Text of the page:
So, what’s not to like about Frank Skinner? As a Brummie myself, I’ve always been fond of Frank. (Yes. I feel I know him well enough to call him ‘Frank’; he’s that sort of bloke, isn’t he?) I enjoyed reading both of his autobiographies though he doesn’t seem old enough for two volumes. What I like about Frank is there’s nothing pretentious about him. He’s not afraid to talk about his past in an open and, well, frank manner.
Anyone who saw his programme about George Formby will have picked up on the enthusiasm and affection he has for both Mr. Formby and the ukulele. He didn’t get in the way of the story, as so many presenters do. You can usually tell what sort of show it’s going to be if it’s entitled ‘Piers Morgan’s personality shortcomings’ or Joanna Lumley’s predictable comedies’. This was simply about George Formby and asked some basic questions like, ‘Why was he so popular?’ and ‘What is the appeal of the ukulele today?’
Frank Skinner on George Formby Video
Frank even came within a gnat’s whisker of getting the terminology right. The instrument that George Formby usually played was a banjolele or ukulele banjo, though I was interested to see a clip of him playing a ukulele. The mistake people make is partly his fault. He sang ‘With my little ukulele in my hand’, but it wasn’t. A ukulele is a small, usually wooden instrument shaped like a guitar. A banjo is a larger instrument which has a circular resonator. That’s the bit that’s covered in animal skin and looks like a tambourine. A banjolele combines the size of the ukulele with the shape of a banjo. In essence, it looks like a small banjo.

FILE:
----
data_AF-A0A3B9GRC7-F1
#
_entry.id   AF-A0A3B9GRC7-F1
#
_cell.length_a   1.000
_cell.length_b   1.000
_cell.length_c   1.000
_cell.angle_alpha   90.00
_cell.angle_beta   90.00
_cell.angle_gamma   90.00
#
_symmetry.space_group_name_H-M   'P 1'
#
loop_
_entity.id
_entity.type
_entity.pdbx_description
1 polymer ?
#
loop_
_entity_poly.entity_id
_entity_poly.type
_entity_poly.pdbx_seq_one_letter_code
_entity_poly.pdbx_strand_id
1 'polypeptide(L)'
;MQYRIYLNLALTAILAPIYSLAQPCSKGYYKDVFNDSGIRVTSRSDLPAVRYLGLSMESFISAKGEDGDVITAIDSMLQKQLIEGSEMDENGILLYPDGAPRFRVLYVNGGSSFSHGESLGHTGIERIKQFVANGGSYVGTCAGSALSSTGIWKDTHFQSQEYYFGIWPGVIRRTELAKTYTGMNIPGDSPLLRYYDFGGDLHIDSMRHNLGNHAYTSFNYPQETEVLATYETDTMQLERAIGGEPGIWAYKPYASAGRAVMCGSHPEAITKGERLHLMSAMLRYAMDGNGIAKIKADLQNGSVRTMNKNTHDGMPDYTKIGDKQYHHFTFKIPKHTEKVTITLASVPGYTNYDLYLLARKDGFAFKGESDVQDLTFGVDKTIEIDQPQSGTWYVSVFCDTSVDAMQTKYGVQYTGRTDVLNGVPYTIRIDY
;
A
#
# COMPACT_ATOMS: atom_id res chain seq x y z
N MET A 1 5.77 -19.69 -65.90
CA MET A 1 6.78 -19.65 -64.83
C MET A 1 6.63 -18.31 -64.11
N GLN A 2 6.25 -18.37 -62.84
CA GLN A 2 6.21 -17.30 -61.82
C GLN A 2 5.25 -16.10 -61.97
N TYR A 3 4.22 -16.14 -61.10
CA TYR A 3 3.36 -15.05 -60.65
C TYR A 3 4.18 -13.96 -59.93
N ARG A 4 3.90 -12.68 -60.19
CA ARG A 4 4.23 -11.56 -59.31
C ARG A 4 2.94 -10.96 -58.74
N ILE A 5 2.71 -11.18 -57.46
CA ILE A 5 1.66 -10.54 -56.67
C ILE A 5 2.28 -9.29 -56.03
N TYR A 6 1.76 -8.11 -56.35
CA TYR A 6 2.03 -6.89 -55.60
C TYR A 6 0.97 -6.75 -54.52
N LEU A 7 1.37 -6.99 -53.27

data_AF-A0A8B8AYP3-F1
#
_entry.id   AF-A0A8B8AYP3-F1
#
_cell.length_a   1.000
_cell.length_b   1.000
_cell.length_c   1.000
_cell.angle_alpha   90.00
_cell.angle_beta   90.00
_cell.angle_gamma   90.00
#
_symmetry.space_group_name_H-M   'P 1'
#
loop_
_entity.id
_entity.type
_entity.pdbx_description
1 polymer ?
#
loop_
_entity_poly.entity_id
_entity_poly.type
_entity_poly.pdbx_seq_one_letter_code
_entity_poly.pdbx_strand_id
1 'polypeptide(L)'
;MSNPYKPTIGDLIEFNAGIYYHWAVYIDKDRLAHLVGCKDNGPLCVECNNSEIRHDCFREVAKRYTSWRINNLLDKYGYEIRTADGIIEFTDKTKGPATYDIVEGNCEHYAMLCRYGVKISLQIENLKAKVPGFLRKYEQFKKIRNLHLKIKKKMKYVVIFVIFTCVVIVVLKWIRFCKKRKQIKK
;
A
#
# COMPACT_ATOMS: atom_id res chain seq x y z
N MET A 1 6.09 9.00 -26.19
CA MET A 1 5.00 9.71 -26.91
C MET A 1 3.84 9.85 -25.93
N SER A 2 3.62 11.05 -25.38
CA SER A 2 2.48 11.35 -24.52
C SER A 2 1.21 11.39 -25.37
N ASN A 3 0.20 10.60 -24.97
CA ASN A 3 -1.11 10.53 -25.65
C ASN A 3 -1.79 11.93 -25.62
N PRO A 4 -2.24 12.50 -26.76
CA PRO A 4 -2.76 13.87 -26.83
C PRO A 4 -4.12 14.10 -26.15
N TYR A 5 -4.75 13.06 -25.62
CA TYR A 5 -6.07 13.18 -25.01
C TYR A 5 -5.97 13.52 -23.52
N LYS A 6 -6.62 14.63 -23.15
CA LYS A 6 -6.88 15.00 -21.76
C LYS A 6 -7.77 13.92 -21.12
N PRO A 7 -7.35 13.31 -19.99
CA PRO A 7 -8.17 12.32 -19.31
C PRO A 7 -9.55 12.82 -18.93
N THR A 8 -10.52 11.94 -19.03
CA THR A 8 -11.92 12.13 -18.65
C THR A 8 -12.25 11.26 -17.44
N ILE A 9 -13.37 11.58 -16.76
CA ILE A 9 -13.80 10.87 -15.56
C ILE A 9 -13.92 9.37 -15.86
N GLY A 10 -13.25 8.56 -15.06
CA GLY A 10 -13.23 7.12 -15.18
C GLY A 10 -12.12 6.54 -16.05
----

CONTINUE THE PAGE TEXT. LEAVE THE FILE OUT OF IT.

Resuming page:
It was interesting listening to Frank talk about what was different about George Formby fans. The fact that most of them actually play a uke, sets them apart from so many fan clubs. “Jimmy Hendrix fans don’t take their guitar along to appreciation clubs.” It’s a very active society.
Attending the annual George Formby convention in Blackpool, Frank was made very welcome. He said, “I didn’t meet a single person that I didn’t like. They have warmth to them”. There didn’t seem to be any one-upmanship. Grown-ups and children seemed to get a lot of pleasure from simply playing together in a non competitive forum; so refreshing in these days of ‘Young Musician of the Year’/‘The X Factor’/‘Britain’s got Talent’/’You’re rubbish at entertaining, so why don’t you go away?’ etc.
(to be continued ...)